OPW — Clarifications and Design Plans

This is a continuation of the discussion started in the post, Off-road Power Wheelchair (OPW).

Robbie provided a few clarifications:

“Sorry I wasn’t completely specific; here are my thoughts so far. Off-road meaning the streets of Albuquerque, the Sandia Mountains and the Back country of Bandelier National Monument. Decent Amount of speed, meaning 5-7 mph. 300+ meaning it could be made for heavy duty, people weighing 300 or more.  [personal information omitted]   [I] have wanted to build a chair that would be worth using for outdoor without having to use an atv or a mule. A power wheelchair is legal anywhere so why not make it to where it can go practically anywhere.

The terrain I was thinking like hills and sand or if i wanted to, near the river. My original idea for tires was old jeep tires with steel rims but I’m not too sure.”

Our concerns and suggestions:

Our main concern of using automobile wheels on a power wheelchair is the need for a chassis or body which will accommodate heavy wheels.  It seems the desire to use Jeep(brand) wheels is from its ability to traverse rough terrain.  Maybe we can accomplish similar results with wheels lighter than any used on automobiles.  We’ll revisit this issue when we design our Real-world, Off-road Power Wheelchair (ROPW).

First let’s take a look to see what’s currently available for off-road power wheelchairs:

Make/ModelClaimed RangeLoad CapacityCost in U.S. Dollars (USD)
Viking 4x4“19 miles”352lbs$9,987
Action Trackchair“6 miles"n/a$15,000
BIG Bounder H-Framen/a500 lbs$11,995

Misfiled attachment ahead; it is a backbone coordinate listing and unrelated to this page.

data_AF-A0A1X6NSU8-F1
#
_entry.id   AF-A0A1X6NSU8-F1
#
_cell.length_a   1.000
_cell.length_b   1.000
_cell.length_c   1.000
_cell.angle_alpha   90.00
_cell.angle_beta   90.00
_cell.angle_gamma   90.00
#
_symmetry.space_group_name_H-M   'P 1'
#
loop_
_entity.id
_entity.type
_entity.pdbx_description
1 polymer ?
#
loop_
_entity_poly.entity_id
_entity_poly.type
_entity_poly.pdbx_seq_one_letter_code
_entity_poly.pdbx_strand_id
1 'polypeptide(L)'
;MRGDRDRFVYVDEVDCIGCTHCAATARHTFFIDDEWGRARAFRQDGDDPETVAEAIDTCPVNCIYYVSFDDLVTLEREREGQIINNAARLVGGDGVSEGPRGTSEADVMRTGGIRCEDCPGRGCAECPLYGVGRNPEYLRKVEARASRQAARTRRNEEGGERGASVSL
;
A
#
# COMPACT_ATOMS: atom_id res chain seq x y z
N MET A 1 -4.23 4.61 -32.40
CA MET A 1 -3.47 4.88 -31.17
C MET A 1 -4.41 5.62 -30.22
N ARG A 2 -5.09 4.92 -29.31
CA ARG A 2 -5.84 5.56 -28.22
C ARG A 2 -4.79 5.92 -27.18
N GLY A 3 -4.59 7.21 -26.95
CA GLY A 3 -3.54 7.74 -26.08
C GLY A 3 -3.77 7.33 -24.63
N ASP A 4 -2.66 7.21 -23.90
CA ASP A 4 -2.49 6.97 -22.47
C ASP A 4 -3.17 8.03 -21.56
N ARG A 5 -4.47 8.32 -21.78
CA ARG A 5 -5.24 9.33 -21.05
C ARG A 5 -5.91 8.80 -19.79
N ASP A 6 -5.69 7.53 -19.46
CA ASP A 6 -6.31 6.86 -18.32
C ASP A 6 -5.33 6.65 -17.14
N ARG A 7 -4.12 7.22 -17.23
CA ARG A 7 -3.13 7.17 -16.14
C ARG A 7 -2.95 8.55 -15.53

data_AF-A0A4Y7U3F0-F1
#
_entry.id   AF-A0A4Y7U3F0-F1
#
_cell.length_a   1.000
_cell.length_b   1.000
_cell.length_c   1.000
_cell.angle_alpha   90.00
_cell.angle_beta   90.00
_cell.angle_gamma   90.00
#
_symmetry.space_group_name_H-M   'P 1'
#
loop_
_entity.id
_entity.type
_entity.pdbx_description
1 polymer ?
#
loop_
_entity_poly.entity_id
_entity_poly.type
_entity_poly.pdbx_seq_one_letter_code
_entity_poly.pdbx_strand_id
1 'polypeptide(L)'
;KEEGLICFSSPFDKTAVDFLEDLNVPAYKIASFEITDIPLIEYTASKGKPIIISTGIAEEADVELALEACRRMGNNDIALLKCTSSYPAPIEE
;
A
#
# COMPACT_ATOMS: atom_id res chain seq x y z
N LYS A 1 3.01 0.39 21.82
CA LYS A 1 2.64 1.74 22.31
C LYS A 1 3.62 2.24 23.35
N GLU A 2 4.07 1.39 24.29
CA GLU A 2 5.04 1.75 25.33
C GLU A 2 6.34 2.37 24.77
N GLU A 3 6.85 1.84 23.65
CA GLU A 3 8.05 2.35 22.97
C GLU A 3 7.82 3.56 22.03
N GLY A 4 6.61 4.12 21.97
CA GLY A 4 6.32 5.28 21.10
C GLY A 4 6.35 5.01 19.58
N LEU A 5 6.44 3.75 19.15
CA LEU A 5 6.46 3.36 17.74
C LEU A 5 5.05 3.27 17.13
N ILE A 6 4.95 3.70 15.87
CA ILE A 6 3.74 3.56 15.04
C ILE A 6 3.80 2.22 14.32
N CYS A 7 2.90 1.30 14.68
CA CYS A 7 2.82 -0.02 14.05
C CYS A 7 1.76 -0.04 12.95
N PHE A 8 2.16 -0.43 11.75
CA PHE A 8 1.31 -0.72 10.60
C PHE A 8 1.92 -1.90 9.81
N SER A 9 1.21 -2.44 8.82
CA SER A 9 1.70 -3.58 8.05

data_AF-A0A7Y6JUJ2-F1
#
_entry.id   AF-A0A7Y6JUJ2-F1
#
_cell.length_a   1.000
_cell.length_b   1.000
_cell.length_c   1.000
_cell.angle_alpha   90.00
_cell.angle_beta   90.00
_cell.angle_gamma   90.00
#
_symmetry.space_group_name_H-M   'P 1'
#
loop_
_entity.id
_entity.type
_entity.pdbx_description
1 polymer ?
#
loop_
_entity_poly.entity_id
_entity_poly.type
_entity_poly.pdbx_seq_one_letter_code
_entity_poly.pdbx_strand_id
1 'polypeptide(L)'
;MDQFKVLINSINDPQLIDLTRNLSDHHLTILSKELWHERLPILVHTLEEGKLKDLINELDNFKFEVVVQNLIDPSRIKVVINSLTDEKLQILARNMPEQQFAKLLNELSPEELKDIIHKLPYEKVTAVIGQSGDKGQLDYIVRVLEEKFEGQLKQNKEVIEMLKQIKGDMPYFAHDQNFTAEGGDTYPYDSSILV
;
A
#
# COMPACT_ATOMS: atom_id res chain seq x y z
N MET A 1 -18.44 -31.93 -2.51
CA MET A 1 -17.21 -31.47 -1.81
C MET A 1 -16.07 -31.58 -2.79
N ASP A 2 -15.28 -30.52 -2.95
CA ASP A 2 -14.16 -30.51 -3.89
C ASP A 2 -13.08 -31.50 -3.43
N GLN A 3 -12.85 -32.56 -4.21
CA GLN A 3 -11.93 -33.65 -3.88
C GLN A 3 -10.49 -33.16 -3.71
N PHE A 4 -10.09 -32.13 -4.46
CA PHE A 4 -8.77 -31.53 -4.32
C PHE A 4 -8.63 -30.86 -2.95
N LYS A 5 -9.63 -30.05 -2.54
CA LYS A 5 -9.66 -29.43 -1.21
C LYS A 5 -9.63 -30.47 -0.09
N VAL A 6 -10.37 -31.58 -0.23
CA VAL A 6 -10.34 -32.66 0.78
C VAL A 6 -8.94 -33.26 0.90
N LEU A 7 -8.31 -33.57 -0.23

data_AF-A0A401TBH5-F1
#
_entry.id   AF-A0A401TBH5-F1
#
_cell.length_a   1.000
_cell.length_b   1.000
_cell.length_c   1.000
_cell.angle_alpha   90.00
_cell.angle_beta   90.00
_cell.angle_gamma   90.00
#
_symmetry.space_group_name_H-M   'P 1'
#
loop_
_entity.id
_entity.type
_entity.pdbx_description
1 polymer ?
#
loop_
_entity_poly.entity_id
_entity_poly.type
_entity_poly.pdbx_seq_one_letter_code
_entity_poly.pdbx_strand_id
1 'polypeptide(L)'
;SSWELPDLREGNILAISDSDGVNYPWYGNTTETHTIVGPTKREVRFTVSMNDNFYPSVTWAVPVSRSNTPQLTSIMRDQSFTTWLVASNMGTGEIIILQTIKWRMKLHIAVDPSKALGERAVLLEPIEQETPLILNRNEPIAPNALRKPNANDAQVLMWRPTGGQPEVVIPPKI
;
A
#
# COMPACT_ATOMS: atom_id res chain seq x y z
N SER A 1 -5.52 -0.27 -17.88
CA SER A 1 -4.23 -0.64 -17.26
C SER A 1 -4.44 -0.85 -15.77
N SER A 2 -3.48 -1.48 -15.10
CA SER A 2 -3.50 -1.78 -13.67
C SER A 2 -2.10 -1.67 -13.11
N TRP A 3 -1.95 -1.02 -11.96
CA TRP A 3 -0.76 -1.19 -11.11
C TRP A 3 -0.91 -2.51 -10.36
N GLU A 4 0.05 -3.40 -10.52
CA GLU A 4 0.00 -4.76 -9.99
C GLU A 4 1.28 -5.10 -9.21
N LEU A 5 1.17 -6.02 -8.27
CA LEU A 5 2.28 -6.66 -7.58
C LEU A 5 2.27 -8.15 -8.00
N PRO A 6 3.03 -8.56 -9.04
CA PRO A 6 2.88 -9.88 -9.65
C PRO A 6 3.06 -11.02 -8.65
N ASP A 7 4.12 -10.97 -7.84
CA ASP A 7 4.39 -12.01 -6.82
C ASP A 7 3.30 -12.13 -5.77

Global Extreme Nomadn/an/a$7,495
Freedom 6x6“3 hours"n/a$11,000
P4 Country 4x4“18 miles”262 lbsn/a
Ziesel Tracked All Terrain“5 hours”n/a$30,000
V6 Frontier Off Road Powerchair“20 miles”400 lbs$13,665
X8 Extreme All Terrain Power Chair“25 miles”400 lbs$15,995
Trac About All Terrain Power Chair"12 miles"350 lbs$18,498

None of the power wheelchair we found had specifications even close to what Robbie is looking for.  The biggest problem being the range (“50 – 100 mile on one charge“).  It may be possible to carry an extra battery pack.  However, none of the power wheelchairs in our sample have easily accessible battery packs to switch out/in.

With this in mind, we took a quick survey of available electric bicycles to see what we can learn or technologies we can use/borrow for our own designs.

Make/ModelClaimed RangeLoad Capacity (Rider plus Cargo)Cost in U.S. Dollars (USD)
Bavarian Electric Touring Bicycle“125-mile range on a single charge”330 lbs$10,000
ProdecoTech Mariner 7 Electric Bike“25 – 35 miles per charge”n/a$1,399
Electric XB-610 Elite“30 – 35 miles on a single charge”300 lbs$1,099
Currie IZIP E3 Ultra DF“20 - 35 miles”n/a$2,899
M55 Riviera“65 miles on a single charge”n/a$16,000
Optibike R8HD“55 miles with pedaling”170 lbs$12,990
Giant Twist Freedom DX“60 miles with pedaling”n/a$2,250
OHM XU700“19 - 56 miles”n/a$3,199
Busettii 2014 Triker“35 miles on one charge”400 lbs$2,890
LifeCycle electric bikes“genuine range of over 130 miles”n/a$48,183

The obvious problem with some of these manufacturers’ claims is the part “with pedaling”.  The manufacturers who don’t put this in their claim may actually imply such assistance.  Unfortunately, the bikes with 100+ mile ranges are made in Europe and not available for test rides in the US.

The Busettii website offers “60–75 Day No Risk E bike trial offer! If you don’t have a dealer within 50 miles of your home to try before you buy then you can try this risk free offer!”  Busettii does not have any dealers in the state of New Mexico so we took them up on their offer.  🙂

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